Book reviews, art, gaming, Objectivism and thoughts on other topics as they occur.

Jan 27, 2006

Poison Study

This fantasy novel by new author Maria J. Snyder is a thoroughly enjoyable romance. It follows the travails of a young woman, Yelena, who murdered her benefactor's son and was scheduled to be executed. Then she was offered the position of food-taster for the nation's ruler, a position that might very well lead to her death.

To ensure her loyalty, she is given a dose of a mythical poison, Butterfly Dust, that will lead to her death almost instantly if she is not daily given the antidote.

Personally, I would recommend this book, but I'm a sucker for a good romance, so let me add a caveat to that statement: read it if you don't have anything serious or important on your reading list ahead of it. It's a great book to curl up on the couch and eat chocolates with, for it's a pure pleasure, but it's also utterly forgettable.

I decided to review it because it exemplifies two errors that I've noticed recently coming from what I understand are "Writer's Workshop" authors. Namely, they have no original style and almost no substance. Oh, all the parts of a novel are there, but the book has no life to it. The plot moves along methodically, but you get the feeling that anyone could have written it.

When you read a book by Robert Heinlein or Neal Stephenson or Ayn Rand, you know you are reading a book by one of those authors. You could not mistake them for anyone else. Poison Study has no real marks to betray the provenance of the author, except one.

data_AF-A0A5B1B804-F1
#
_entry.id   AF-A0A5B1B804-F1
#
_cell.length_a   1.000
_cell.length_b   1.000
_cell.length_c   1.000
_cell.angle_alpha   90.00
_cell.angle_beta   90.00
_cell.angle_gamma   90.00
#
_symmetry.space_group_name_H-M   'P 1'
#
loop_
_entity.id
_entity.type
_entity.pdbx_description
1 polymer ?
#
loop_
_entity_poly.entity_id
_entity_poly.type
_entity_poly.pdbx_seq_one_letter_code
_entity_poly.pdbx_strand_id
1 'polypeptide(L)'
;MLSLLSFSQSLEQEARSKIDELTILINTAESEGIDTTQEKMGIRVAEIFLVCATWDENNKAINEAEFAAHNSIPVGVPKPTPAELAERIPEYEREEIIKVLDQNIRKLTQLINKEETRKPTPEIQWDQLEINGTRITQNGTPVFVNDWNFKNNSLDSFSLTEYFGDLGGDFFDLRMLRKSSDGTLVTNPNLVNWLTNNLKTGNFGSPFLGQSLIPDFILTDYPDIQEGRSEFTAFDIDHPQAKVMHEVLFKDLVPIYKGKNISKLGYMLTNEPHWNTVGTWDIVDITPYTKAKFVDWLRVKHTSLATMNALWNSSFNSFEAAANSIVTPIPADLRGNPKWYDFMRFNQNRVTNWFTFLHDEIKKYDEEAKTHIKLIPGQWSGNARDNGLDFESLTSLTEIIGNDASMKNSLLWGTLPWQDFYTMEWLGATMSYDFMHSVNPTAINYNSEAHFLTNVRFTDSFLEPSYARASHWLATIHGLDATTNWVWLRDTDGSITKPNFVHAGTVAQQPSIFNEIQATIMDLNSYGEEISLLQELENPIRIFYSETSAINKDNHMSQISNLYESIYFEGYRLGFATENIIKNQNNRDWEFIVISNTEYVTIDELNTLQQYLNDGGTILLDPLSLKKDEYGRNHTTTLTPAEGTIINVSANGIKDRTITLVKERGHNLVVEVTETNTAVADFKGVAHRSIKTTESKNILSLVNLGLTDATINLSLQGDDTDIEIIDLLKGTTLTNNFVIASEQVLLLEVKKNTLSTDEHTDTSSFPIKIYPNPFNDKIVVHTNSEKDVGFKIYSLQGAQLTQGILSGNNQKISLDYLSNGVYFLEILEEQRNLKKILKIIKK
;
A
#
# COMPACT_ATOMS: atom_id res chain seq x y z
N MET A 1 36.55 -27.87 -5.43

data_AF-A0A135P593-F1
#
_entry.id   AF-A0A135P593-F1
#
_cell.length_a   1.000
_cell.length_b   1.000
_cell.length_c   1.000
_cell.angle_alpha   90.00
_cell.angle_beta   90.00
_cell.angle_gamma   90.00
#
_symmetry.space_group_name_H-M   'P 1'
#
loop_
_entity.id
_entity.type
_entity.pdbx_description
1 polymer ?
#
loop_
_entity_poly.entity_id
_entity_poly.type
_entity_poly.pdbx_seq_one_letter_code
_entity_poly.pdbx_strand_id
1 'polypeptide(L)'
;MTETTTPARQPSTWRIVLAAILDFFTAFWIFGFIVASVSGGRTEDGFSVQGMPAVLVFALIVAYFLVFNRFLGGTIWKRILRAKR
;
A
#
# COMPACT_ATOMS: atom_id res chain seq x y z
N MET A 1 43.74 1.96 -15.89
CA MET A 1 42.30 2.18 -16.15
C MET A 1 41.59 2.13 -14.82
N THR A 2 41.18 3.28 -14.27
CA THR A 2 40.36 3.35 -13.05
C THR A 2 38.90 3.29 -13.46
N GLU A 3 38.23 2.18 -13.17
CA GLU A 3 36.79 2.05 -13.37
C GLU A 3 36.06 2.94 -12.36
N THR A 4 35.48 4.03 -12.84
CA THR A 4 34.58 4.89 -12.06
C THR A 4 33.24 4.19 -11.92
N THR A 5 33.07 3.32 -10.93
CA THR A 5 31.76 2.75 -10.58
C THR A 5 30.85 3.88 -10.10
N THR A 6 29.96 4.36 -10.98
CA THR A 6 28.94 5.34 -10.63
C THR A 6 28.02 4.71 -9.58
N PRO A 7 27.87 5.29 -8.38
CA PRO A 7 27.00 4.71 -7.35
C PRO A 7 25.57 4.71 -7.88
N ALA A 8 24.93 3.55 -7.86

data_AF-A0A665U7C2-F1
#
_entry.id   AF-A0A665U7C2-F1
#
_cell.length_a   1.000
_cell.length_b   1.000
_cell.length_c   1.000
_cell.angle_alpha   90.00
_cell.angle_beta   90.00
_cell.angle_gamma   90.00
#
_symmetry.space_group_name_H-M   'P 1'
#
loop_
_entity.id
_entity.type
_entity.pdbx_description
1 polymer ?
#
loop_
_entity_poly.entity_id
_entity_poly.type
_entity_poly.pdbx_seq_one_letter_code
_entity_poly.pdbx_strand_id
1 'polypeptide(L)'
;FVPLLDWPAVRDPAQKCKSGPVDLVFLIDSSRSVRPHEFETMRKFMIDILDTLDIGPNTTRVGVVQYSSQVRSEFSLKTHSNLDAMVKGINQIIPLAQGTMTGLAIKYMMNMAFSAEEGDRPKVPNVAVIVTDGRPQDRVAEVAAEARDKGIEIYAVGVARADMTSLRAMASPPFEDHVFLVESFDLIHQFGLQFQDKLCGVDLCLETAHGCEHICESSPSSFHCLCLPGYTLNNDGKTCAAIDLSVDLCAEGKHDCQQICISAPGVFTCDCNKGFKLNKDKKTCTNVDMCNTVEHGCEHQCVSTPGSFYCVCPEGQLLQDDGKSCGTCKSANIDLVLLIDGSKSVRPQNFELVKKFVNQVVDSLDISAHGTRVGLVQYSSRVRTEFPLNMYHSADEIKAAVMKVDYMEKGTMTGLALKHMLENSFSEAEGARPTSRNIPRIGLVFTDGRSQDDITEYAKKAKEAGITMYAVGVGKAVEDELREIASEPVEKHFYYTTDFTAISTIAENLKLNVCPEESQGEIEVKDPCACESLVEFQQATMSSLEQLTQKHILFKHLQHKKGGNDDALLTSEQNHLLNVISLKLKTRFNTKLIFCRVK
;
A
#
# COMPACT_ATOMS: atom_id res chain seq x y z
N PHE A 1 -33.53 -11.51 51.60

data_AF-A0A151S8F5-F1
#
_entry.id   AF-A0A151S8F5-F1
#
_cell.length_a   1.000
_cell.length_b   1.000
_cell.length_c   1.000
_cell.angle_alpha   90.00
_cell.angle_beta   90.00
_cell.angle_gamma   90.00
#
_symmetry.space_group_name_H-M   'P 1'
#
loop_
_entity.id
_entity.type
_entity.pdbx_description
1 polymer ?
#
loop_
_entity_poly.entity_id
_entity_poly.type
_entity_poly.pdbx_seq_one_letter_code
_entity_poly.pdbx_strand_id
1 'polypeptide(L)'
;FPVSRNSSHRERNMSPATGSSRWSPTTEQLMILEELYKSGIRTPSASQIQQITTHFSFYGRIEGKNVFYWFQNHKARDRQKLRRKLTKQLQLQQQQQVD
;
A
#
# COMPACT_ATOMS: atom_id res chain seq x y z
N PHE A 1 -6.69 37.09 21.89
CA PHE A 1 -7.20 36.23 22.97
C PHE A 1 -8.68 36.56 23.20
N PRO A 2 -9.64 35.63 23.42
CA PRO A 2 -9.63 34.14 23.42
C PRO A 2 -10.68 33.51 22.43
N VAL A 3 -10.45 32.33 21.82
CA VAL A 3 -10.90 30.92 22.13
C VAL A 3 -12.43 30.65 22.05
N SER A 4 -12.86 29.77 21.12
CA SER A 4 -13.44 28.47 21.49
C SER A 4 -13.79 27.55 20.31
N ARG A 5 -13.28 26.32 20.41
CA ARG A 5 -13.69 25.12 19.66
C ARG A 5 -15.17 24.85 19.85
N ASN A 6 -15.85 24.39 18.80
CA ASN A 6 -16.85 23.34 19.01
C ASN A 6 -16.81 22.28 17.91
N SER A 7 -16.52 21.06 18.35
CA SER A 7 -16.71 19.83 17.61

There is a tendency I've noticed among female authors especially to believe that suffering is identical with conflict. While conflict often causes suffering, pain does not necessarily mean that there is an interesting conflict going on. I think the books suffer for it; there are numerous descriptions of dastardly deeds, pain, and wretchedness that give you a little shiver of horror to read, but in the end you have to wonder why the hero (or heroine) got so worked up over it. The guy hurt you, you killed him, end of story. Pure melodrama.

The real dramatic conflicts in the story are resolved not by a focused action on the part of the hero/heroine, but by the accidental discovery of some piece of information that was earlier missing. It turns out that the apparent villian is a really nice guy. Your new position just happens to put you in place to overhear an important conversation. You have a prior relationship with the real villian of the piece that makes him devote attention to you and accidentally ruin his own plans.

On a positive note, the book appears to be part of a future series but it is also pretty much self-contained. Ending a novel on a cliffhanger is just about one of the worst offenses I've ever encountered. Okay, I get it, you want me to buy your next book. But I'm ticked off at you now, so I will probably not enjoy it as much as I might have. I will give you a poor review and my hordes of loyal fans will obediently ignore you forevermore.

Hah. What an ego I have.

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